The Treaty — to and fro
Sir: Nigel Lawson is wrong to claim that the Reform Treaty will abolish the need for parliamentary approval of changes to the EU treaties (Sorry, minister', 29 September). The Reform Treaty will introduce a new, general `passerelle' that provides for simplified treaty revision procedures. Its use will still need to be agreed unanimously by all national governments and all national parliaments. So MPs and peers at Westminster will retain a veto. It should also be noted that `passerelle clauses' were first introduced by the Single European Act under Margaret Thatcher.
Tim Muiphy MP Minister for Europe, London SW1 Sir: Nigel Lawson is absolutely right. Here in Holland the Dutch government has also decided to dodge the thorny subject of a referendum on the Reform Treaty in exactly the same way — by pretending it isn't another EU constitution.
The administration here knows full well that, as in 2005, the people would once again vote a resounding 'no' to a European Union that has doubled their cost of living, has no democratically elected government, has a parliament that rubberstamps its every decision, and has backtracked on most important commitments it made.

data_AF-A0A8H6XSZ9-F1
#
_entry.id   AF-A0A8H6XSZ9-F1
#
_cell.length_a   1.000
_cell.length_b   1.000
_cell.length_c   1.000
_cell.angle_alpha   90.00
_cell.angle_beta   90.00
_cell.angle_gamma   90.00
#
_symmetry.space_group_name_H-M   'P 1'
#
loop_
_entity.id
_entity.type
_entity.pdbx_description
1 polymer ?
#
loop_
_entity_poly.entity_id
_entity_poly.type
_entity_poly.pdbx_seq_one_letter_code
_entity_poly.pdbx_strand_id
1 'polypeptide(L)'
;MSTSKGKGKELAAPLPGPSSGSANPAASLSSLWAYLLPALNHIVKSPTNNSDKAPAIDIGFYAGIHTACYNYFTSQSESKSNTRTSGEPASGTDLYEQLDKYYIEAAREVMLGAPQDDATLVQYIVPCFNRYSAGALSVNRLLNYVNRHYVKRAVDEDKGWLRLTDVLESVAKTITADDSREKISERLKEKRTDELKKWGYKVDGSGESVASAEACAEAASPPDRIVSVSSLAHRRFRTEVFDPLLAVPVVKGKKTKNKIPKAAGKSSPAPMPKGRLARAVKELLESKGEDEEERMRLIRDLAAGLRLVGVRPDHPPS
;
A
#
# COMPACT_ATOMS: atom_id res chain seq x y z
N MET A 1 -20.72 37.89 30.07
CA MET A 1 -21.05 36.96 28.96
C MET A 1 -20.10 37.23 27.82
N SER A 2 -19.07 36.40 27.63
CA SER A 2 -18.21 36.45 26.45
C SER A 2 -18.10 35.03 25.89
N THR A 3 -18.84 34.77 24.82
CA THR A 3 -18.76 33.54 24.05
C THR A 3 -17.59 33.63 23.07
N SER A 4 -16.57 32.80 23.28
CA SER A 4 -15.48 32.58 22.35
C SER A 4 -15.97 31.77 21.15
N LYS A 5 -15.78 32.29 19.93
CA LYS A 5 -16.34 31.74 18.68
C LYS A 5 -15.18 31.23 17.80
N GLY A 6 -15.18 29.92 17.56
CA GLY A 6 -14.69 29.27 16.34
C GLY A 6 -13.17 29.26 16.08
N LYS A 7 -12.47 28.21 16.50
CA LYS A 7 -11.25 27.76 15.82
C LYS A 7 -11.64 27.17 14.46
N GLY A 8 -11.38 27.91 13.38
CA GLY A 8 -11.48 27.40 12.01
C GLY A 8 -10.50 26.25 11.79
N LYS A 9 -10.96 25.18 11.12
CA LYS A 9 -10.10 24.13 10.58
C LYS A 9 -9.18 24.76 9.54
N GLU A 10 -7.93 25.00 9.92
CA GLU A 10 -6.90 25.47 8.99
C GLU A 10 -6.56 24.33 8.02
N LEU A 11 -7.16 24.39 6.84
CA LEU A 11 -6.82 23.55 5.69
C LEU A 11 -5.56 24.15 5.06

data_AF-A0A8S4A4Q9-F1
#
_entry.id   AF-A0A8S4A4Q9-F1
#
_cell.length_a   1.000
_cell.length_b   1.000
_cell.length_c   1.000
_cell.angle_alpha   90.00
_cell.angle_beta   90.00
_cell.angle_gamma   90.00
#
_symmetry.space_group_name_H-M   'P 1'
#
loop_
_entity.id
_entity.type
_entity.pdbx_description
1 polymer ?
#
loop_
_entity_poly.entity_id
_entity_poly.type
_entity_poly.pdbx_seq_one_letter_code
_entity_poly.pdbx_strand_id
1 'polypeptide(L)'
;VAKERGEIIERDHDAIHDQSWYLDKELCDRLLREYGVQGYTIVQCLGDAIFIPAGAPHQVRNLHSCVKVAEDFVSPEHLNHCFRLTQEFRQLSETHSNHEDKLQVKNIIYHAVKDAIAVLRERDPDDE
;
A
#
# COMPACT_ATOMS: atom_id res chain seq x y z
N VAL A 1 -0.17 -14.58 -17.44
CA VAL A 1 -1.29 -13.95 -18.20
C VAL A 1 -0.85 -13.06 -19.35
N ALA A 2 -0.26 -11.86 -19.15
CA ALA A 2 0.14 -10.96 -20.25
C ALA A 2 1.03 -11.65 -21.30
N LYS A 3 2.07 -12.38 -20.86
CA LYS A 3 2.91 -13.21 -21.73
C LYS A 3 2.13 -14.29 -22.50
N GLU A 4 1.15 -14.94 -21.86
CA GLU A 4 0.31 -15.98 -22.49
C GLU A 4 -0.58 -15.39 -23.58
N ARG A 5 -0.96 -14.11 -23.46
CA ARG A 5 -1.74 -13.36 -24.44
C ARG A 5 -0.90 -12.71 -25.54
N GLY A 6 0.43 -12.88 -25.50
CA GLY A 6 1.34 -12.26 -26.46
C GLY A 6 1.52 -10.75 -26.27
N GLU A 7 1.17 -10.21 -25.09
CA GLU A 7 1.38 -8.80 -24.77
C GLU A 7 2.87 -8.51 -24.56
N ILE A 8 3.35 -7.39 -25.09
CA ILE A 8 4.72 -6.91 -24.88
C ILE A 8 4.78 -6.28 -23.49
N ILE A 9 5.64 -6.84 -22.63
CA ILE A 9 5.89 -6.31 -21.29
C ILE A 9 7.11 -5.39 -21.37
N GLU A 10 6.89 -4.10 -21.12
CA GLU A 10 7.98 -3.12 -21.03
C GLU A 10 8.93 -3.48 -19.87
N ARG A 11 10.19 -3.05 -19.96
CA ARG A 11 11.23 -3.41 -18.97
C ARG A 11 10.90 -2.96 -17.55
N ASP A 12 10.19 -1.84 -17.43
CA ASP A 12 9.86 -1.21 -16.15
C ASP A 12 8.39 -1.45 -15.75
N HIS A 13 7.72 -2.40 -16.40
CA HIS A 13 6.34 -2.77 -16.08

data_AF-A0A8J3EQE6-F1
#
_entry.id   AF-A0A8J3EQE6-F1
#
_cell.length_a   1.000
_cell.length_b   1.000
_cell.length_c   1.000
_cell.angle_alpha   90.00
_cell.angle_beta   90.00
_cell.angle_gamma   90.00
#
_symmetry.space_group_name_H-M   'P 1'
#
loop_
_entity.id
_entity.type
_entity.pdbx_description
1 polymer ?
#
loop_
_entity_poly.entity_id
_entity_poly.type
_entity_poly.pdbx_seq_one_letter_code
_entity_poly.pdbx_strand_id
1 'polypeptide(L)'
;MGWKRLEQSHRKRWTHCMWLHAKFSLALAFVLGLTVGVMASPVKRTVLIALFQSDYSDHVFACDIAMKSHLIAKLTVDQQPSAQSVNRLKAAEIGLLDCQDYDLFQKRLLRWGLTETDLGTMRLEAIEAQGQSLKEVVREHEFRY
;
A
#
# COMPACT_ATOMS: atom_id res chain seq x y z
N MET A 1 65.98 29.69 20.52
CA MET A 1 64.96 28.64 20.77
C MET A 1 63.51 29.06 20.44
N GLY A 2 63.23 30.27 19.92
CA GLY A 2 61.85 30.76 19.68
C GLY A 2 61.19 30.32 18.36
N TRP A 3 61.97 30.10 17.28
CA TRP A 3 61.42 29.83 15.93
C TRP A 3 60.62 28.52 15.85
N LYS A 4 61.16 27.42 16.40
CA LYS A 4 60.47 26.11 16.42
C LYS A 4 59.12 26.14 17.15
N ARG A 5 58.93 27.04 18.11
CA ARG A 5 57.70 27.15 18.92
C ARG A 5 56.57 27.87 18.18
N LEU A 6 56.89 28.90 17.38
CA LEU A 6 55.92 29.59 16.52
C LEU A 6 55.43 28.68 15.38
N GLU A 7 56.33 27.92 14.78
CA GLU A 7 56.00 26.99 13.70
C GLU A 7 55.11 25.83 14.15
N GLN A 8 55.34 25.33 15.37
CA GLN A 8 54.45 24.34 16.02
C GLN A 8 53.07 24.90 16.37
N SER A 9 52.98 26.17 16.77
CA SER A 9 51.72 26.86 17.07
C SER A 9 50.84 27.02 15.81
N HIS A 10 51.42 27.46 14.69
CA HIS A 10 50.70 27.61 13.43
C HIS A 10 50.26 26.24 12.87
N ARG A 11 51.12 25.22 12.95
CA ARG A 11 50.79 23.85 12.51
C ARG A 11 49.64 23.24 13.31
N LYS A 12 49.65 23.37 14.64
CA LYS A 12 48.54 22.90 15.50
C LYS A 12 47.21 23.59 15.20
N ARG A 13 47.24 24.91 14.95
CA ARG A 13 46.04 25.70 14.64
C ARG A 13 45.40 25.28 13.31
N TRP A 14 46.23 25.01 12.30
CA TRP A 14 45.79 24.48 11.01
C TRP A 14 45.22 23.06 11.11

Most notably it betrayed the Stability Pact that was to safeguard the Union's healthy economies against overspending by weaker member states. Net contributors such as Holland and Britain are now effectively subsidising the budget deficits of the usual suspects: Italy, Greece and Portugal.
Only last May Wouter Bos, the Dutch Labour finance minister, stated that, in view of the earlier rejection of the constitution, a referendum would be a logical step. Now, with a steely mendacity that matches Mr Jim Murphy's, he tells the nation the current Reform Treaty is an entirely different proposition.
The parliamentary faction of Dutch Labour, in government coalition with the Christian Democrats, has just decided to back the Cabinet's decision. In joining this political con game, it has torpedoed not only the chance of a parliamentary referendum initiative, but also what little trust citizens had in mainstream politics.
Bart Roozendaal Amsterdam